Dedicated to Jean Renoir, based on a noir novel by Cornell Woolrich, and an homage of sorts to Vertigo, Truffaut’s frequently overlooked eighth feature isn’t kid stuff. Mississippi Mermaid—sandwiched between his Stolen Kisses (1968), which tracks Antoine Doinel’s transition from boy to man, and The Wild Child (1970)—pairs two superstars, Catherine Deneuve and Jean-Paul Belmondo, for its bifurcated story of crazy-in-love adults. When tobacco tycoon Louis (Belmondo), living on the island of Réunion, meets his mail-order bride, Julie (Deneuve), he’s too intoxicated by her beauty to admit she looks nothing like the framed 8×10 on his wall. Julie, née Marion, drains Louis’s account; he cracks up, finds her working at a discotheque in Antibes, pulls out a gun, listens to the story of her depraved life, confesses his love, and lams it with her. The unwieldy plot is grounded by its fascinating leads, especially Deneuve, memorably suffering night terrors. No mere genre-tinkering, MM also serves as a memento mori equally touching and perverse: A scene of Louis fondling Marion, who pretends to be asleep, replicates a moment from another unjustly neglected Truffaut film, The Soft Skin (1964), starring Françoise Dorléac, Deneuve’s beloved older sister, who died in 1967.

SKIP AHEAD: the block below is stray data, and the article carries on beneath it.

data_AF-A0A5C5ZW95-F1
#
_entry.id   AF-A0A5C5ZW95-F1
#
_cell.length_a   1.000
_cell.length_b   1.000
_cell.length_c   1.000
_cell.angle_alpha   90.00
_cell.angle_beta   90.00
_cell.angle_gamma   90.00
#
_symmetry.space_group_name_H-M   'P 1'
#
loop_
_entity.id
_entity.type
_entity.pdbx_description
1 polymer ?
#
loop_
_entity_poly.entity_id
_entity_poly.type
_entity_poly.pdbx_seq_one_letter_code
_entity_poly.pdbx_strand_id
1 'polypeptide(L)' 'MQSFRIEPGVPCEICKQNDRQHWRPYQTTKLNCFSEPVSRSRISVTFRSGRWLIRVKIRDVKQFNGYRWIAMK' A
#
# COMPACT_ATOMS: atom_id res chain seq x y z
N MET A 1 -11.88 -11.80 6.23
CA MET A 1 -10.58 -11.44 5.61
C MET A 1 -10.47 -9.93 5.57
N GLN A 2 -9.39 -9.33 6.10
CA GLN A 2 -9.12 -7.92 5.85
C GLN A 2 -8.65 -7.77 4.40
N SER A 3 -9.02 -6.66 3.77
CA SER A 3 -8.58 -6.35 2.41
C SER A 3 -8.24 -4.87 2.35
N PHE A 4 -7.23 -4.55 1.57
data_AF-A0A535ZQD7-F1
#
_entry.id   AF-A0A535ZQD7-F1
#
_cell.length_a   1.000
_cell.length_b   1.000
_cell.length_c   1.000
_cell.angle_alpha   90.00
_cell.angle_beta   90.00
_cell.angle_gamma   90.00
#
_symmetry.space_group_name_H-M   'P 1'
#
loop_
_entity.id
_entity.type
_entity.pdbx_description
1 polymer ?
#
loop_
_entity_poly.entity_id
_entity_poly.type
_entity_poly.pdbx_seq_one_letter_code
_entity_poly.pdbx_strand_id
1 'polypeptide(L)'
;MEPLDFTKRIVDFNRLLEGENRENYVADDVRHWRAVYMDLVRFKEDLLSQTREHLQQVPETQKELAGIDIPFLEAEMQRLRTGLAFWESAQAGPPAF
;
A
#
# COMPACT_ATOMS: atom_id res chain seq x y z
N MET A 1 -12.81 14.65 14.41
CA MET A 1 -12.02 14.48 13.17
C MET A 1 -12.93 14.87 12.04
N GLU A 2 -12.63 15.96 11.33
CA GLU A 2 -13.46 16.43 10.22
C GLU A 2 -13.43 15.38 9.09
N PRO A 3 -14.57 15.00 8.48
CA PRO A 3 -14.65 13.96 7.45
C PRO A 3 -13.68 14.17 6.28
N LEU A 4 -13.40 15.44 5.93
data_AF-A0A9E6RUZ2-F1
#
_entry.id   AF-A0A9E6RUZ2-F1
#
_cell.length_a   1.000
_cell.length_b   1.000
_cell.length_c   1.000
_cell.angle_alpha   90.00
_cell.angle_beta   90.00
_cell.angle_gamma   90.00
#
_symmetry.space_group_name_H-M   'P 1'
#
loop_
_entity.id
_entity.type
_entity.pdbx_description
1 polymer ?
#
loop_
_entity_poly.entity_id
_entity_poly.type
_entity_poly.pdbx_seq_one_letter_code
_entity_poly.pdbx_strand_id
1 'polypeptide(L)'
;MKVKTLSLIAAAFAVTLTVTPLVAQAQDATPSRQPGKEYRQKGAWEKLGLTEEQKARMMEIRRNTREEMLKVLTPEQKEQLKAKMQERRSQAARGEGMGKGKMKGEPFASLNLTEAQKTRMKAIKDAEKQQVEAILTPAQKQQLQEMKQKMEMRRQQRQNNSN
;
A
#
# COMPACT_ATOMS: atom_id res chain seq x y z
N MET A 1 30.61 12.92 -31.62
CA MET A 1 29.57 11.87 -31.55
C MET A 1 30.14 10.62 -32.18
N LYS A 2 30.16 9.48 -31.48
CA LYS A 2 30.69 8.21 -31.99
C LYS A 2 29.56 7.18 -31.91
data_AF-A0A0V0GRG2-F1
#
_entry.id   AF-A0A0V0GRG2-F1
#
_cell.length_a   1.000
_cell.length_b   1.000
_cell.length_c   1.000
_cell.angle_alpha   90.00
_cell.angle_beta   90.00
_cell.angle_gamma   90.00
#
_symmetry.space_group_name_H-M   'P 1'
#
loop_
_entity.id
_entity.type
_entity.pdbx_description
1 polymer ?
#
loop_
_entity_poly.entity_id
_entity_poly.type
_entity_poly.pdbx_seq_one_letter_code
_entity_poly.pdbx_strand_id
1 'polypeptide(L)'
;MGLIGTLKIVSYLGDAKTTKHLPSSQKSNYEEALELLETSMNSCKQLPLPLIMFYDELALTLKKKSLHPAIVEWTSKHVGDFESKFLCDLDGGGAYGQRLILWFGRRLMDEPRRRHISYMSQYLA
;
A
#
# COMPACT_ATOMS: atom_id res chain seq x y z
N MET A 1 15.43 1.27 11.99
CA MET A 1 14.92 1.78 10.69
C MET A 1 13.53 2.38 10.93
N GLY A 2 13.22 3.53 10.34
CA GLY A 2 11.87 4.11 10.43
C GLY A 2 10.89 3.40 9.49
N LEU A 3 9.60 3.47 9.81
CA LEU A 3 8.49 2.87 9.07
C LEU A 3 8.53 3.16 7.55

This article from the Village Voice Archive was posted on July 8, 2009